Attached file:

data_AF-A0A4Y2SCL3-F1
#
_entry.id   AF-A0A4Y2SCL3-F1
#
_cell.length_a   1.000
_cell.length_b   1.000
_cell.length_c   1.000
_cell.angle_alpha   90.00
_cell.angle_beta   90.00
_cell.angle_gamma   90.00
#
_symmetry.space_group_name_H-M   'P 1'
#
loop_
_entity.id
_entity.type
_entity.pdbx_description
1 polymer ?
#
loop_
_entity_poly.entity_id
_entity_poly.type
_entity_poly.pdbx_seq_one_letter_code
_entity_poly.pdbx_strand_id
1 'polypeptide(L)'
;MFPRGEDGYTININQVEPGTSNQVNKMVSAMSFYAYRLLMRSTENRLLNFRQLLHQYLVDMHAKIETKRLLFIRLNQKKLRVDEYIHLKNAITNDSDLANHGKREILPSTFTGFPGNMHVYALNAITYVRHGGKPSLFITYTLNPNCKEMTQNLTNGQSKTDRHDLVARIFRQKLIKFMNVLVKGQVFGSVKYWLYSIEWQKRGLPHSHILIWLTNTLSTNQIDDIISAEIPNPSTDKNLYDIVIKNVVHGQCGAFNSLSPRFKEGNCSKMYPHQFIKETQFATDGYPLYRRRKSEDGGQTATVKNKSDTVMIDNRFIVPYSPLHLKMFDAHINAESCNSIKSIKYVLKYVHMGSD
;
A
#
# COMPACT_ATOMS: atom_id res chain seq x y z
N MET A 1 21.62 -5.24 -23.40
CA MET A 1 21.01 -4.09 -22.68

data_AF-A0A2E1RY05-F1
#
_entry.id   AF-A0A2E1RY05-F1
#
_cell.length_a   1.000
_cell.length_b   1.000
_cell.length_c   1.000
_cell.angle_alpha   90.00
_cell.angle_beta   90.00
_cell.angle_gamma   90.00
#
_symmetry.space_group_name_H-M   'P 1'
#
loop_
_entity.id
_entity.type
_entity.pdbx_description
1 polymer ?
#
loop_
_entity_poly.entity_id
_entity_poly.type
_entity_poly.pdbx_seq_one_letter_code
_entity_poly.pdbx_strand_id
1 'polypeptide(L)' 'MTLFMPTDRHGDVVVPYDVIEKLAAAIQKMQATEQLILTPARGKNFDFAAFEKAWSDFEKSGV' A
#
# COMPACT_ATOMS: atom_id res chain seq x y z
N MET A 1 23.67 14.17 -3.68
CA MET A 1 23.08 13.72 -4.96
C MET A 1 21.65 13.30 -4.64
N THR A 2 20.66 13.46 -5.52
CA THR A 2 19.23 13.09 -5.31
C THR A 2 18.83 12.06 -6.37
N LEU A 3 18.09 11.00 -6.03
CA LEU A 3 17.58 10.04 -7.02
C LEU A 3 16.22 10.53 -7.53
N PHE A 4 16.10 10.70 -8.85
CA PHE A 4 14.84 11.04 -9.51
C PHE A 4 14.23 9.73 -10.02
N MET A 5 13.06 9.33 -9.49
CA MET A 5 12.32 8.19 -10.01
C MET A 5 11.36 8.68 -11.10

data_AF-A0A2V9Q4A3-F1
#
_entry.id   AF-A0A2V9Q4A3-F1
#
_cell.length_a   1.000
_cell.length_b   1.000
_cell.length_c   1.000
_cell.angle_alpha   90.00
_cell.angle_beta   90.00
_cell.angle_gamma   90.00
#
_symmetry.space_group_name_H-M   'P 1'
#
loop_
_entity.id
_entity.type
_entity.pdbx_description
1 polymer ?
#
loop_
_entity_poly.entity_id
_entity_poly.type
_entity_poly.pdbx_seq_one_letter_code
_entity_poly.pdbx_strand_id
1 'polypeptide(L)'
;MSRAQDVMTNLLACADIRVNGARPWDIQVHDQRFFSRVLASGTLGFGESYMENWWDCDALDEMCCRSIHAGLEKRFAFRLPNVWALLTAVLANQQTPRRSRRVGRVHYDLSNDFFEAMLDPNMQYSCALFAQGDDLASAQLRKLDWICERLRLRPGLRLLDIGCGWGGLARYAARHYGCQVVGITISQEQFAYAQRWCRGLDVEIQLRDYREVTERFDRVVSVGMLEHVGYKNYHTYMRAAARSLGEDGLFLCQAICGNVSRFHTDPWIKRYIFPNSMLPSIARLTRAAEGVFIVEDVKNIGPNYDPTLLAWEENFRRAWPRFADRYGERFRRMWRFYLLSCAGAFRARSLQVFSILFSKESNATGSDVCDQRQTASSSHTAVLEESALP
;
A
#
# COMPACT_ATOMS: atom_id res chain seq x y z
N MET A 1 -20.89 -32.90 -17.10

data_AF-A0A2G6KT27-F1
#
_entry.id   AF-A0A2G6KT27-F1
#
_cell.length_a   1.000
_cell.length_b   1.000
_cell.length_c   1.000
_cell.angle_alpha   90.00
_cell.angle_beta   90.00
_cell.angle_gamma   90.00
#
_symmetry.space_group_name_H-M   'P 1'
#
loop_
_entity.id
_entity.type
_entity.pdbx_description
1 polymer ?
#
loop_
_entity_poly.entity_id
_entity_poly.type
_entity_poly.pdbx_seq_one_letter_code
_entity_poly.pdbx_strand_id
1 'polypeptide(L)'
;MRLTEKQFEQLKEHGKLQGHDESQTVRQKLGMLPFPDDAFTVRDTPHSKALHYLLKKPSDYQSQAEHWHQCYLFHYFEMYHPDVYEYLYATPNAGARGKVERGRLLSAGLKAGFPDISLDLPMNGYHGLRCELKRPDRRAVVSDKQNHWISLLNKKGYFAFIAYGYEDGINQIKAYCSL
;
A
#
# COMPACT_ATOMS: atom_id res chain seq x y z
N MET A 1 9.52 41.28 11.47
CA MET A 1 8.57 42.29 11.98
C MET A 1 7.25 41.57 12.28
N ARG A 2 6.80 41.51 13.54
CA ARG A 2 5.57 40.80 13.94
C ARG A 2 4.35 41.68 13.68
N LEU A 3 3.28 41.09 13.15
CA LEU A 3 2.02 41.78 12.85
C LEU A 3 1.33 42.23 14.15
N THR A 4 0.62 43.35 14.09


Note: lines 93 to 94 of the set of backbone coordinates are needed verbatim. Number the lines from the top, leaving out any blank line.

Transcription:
#
loop_